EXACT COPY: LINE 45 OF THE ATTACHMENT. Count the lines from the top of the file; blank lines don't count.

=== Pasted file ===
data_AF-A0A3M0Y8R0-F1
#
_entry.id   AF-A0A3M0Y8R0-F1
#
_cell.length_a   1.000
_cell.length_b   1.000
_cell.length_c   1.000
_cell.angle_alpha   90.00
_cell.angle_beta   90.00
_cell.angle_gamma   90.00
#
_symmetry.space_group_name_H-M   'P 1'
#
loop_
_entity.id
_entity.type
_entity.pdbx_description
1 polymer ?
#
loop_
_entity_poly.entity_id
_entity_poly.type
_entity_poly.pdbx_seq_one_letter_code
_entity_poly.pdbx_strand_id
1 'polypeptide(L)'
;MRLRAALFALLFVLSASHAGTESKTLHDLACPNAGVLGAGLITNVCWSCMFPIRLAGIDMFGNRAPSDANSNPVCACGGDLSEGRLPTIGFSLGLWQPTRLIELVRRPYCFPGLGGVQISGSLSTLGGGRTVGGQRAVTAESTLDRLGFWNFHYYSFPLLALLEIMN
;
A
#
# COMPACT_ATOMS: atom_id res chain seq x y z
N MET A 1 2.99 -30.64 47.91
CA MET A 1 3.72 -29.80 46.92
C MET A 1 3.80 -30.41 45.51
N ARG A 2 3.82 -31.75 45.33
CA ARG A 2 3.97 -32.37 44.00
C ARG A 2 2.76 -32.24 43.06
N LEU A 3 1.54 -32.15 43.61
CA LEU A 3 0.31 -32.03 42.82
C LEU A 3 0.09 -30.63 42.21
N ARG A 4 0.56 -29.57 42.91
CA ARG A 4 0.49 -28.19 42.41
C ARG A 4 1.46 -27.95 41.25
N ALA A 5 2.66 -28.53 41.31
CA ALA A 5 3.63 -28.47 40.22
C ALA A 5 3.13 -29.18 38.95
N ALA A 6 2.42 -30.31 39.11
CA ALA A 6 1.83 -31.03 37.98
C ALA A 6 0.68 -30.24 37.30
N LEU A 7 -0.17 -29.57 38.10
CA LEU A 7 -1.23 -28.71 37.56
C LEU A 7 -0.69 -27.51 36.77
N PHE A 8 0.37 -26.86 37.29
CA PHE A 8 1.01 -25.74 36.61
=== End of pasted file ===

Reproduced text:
C ALA A 5 3.13 -29.18 38.95